May 11

Walk in love, as Christ also hath loved us, and hath given himself for us an offering and a sacrifice to God. . . . —Ephesians 5:2

"Here's the deal on getting married," my friend Cathy said. "You're allowed three pet peeves about your husband in any given year. It doesn't matter what they are—the toothpaste top, the way he eats, where he leaves his shoes, whatever. But you're allowed only three. Anymore than that, and you'll both go crazy." It sounded reasonable to me. If I was allowed only three main irritations, then I'd have to prioritize and admit that the rest didn't really matter.

"Being married is great," wrote my college pal Bing, "though there will be mornings when you wake up and think, ‘Who is this man, and what is he doing in my life?"' I was startled, but made a note of the possibility.

"There are ten things God wants you to do for your husband," said an article I read somewhere. "Forgive, forgive, forgive, forgive, forgive. . . . " Gulp. Can it be as bad as all that?

Our wedding day dawned, sunny and warm. I went over to the bakery to check on the cake, got my hair done and put on the gown that my mother had worn many years before. I was excited, but not too nervous: God was giving me Andrew, and I was utterly sure that Andrew was God's choice for me long before I made that choice myself.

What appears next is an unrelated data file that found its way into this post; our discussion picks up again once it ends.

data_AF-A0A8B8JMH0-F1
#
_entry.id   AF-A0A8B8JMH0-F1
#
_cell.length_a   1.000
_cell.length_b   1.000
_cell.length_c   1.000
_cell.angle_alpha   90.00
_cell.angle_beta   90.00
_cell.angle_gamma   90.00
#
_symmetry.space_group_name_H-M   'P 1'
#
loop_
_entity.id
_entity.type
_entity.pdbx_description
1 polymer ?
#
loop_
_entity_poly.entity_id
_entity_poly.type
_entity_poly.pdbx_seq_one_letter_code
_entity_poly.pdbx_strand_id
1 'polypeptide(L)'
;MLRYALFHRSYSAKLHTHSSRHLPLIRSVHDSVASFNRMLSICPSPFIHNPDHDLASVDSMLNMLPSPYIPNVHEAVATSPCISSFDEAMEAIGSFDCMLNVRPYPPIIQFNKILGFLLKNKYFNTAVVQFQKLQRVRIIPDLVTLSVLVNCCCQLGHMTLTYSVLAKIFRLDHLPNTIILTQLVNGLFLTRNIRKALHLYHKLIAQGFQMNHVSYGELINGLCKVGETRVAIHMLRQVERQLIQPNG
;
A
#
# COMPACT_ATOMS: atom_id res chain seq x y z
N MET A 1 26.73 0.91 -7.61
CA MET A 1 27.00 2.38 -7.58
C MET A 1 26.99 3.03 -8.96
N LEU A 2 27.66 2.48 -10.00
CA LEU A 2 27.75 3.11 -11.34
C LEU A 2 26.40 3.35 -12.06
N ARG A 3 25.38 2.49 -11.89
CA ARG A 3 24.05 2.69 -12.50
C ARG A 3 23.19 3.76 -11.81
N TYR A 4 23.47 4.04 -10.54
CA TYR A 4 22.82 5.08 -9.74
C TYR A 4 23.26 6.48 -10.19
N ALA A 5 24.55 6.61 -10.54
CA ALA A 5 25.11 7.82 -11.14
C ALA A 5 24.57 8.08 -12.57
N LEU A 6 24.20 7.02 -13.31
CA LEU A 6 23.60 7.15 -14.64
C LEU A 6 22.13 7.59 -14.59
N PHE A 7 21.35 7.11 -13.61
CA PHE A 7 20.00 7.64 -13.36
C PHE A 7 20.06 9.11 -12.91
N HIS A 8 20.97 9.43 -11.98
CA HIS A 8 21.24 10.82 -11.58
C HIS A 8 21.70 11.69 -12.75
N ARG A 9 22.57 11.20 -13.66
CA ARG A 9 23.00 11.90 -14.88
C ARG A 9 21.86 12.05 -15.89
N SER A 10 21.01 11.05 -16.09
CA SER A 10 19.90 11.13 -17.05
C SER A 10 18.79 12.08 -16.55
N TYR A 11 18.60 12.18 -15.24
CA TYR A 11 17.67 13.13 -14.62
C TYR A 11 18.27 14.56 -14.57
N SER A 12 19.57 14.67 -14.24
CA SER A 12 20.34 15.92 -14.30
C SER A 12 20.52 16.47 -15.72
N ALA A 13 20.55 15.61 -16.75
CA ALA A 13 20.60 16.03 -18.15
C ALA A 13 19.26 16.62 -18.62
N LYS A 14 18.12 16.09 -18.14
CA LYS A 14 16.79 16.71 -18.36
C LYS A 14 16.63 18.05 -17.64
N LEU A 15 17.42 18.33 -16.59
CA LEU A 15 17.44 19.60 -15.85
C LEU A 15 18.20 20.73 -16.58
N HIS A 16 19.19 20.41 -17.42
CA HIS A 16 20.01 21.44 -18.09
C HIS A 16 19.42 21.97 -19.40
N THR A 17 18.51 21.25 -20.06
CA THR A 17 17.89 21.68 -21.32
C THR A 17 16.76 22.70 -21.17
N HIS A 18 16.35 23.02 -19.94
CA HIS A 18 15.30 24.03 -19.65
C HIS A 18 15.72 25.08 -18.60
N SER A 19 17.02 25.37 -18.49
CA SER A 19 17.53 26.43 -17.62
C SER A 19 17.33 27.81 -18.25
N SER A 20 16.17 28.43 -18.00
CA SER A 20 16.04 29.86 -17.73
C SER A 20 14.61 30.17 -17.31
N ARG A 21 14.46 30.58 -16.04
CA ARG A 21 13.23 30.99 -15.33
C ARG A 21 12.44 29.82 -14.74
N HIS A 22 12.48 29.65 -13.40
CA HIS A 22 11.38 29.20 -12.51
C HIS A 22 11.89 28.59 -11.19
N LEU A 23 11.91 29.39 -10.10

As I entered the church with my father, the first things I saw were the rows upon rows of smiling faces, the friends who would witness our vows. Next I saw Andrew, looking mildly terrified (but extremely handsome) at the front of the church. And then, over Andrew's head and slightly beyond him, I saw the thing that would truly unite us, the source of more guidance and assurance than all the advice in the world: the Cross.

I took my place beside my husband-to-be, slipped my hand under his arm and we turned together toward our future—in Christ.

Thank You, Lord, for the love that bound You to the Cross for us, and that binds us together in marriage. When troubles come, keep us close to each other by keeping us close to You.

—Julia Attaway